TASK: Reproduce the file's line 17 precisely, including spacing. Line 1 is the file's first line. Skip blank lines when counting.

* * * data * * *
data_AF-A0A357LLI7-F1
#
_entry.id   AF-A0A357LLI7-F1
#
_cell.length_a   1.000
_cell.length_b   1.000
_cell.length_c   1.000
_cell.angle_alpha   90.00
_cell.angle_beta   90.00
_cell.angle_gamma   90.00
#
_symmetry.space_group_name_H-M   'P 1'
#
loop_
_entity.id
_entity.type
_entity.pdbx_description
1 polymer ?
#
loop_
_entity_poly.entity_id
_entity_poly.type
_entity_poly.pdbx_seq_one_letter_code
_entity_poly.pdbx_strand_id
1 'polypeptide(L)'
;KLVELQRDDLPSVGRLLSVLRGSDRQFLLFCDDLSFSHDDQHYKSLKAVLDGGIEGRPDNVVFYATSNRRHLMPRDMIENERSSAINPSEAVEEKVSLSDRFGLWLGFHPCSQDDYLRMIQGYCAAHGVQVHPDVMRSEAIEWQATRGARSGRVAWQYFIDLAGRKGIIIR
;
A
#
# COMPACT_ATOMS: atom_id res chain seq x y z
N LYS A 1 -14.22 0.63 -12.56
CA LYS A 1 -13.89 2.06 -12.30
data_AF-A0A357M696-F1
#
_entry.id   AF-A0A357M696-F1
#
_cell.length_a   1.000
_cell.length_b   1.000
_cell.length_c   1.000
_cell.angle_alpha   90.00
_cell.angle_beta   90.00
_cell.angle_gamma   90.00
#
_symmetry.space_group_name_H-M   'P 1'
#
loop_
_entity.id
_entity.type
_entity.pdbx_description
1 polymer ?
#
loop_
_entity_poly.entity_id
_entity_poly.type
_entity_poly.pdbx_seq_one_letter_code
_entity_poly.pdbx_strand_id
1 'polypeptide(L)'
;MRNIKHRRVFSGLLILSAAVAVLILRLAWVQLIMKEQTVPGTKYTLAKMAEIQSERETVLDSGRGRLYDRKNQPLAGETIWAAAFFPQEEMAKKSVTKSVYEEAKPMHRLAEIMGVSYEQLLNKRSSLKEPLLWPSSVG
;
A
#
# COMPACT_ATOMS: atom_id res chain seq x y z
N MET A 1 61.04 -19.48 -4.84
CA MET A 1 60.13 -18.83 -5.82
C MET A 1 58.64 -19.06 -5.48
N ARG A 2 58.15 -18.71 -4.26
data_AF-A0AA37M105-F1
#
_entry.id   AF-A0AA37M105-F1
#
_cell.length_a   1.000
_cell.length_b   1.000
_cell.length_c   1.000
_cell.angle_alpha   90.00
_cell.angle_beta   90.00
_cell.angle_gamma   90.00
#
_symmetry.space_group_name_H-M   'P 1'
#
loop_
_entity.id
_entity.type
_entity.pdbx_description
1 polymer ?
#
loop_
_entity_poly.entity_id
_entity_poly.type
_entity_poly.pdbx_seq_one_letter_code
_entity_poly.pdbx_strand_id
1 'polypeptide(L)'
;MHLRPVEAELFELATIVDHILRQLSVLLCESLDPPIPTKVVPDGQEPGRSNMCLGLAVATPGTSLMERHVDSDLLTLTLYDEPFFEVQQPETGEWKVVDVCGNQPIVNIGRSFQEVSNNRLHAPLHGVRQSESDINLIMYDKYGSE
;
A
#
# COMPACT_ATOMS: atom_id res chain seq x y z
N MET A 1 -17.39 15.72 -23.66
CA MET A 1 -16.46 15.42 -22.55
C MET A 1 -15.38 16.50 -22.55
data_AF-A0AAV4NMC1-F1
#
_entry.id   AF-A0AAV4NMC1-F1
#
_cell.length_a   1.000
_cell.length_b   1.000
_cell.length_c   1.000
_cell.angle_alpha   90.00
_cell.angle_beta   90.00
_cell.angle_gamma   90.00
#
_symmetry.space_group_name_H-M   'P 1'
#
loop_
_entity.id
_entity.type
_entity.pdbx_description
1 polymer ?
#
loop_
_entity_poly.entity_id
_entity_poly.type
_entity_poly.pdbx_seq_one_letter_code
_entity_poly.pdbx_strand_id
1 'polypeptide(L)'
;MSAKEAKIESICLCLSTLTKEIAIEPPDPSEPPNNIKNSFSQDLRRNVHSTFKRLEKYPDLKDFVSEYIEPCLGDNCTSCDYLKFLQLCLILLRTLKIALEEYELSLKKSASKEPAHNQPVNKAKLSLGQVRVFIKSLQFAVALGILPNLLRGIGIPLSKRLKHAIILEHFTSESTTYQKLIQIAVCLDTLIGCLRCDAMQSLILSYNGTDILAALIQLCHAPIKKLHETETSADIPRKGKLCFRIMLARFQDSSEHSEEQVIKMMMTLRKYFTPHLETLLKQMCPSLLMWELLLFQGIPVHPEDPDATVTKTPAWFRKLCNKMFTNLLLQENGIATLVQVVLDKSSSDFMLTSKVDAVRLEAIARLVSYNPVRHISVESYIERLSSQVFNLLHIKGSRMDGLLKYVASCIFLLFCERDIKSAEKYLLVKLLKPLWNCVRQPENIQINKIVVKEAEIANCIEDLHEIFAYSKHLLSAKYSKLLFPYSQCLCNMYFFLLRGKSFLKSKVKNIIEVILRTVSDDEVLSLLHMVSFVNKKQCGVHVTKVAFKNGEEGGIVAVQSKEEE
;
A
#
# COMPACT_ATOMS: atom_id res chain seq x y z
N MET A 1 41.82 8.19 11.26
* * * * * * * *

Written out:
_entity.pdbx_description